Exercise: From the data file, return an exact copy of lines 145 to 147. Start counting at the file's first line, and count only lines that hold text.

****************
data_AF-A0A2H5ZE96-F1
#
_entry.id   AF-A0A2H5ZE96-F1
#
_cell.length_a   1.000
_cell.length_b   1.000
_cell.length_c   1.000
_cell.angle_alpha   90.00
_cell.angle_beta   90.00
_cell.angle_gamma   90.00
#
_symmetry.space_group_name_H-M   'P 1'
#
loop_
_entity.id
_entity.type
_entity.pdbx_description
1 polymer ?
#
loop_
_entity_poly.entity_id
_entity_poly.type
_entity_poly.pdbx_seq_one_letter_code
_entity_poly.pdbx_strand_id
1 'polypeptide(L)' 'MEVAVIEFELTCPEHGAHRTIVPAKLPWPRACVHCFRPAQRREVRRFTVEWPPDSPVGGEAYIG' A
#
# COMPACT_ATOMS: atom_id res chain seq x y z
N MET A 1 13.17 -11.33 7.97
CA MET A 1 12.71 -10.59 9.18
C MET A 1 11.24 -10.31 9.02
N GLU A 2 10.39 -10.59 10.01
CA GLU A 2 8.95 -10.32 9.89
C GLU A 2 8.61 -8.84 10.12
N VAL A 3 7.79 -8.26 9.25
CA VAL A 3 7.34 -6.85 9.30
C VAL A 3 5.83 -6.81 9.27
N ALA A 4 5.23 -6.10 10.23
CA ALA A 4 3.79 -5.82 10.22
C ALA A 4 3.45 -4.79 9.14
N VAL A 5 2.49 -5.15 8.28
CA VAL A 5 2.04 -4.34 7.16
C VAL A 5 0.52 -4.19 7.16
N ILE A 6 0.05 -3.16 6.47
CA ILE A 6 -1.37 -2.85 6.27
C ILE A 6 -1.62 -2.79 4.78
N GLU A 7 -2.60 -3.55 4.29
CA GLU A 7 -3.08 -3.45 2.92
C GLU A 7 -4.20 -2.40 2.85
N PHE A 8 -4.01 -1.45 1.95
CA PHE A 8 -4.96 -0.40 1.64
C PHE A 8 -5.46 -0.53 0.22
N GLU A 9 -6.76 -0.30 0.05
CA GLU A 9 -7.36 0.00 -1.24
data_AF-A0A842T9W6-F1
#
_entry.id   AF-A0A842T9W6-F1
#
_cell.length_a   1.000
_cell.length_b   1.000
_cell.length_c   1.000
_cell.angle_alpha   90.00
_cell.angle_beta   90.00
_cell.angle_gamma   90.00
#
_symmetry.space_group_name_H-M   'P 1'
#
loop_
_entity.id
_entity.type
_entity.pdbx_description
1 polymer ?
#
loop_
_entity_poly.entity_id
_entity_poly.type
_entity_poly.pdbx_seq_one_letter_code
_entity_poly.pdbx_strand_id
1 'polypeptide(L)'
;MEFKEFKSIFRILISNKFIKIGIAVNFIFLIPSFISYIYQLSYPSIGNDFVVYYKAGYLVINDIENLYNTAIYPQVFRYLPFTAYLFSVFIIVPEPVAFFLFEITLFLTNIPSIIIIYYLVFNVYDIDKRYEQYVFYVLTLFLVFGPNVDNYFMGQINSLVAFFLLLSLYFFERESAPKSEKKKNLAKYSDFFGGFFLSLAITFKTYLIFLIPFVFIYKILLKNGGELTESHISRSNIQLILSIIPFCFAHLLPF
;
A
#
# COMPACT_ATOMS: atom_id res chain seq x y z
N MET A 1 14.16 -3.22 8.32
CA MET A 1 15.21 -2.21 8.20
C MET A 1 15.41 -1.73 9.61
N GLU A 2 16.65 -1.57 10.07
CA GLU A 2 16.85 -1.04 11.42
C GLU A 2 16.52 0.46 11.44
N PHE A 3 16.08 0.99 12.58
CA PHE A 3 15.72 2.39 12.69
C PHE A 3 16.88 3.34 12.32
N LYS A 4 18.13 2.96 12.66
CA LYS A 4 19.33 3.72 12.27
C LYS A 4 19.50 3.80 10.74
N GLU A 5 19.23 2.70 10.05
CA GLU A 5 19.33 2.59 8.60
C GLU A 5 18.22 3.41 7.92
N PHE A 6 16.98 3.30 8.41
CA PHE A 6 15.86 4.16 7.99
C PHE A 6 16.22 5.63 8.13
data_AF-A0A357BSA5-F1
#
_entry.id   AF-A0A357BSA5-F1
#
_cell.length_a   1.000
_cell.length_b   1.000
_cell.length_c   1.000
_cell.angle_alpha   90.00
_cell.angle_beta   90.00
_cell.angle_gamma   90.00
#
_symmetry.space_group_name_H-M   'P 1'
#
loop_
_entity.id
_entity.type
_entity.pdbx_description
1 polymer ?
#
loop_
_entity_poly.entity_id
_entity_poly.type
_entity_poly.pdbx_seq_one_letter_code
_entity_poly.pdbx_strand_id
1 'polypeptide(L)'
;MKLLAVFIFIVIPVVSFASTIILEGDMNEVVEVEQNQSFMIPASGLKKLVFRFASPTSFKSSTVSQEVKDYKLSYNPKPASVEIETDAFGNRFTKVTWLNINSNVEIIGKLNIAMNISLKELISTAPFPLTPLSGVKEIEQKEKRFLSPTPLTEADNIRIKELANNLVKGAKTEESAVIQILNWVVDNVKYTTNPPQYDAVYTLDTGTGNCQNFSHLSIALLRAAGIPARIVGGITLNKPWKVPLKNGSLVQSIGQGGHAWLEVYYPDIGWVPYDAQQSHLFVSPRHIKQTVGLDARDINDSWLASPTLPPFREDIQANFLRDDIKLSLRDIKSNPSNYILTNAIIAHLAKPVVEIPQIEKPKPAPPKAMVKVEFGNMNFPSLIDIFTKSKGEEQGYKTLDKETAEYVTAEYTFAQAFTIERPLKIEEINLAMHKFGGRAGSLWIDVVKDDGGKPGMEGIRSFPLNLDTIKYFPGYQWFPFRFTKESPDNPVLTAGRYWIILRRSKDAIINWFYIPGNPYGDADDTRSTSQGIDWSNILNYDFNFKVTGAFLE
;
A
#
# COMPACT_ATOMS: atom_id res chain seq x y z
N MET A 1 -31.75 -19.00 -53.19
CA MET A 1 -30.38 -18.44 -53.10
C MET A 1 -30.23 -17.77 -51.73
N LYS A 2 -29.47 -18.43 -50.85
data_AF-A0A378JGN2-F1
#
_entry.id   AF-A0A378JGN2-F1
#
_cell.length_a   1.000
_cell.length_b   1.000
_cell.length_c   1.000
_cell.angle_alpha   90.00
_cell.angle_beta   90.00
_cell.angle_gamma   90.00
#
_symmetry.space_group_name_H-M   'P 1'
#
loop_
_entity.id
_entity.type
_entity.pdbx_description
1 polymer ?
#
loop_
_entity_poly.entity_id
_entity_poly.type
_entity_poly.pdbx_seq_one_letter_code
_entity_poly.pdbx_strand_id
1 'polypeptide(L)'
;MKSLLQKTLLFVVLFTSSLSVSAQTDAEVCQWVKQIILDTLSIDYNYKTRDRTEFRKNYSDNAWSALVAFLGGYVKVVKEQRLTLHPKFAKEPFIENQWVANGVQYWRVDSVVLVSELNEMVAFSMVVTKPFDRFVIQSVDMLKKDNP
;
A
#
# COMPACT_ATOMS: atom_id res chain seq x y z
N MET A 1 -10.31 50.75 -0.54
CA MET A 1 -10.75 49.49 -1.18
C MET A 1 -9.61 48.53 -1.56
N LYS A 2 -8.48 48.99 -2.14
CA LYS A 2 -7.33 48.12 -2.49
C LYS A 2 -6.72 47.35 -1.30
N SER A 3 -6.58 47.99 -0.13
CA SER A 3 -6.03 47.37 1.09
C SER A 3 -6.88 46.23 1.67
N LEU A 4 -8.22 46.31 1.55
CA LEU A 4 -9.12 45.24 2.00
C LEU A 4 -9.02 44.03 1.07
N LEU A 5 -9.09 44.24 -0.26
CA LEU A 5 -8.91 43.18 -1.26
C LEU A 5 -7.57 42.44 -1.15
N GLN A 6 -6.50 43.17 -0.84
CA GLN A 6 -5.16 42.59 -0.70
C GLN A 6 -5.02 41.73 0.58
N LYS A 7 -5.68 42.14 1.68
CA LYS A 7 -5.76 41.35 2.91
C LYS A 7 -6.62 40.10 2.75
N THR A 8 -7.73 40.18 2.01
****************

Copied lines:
_cell.angle_gamma   90.00
#
_symmetry.space_group_name_H-M   'P 1'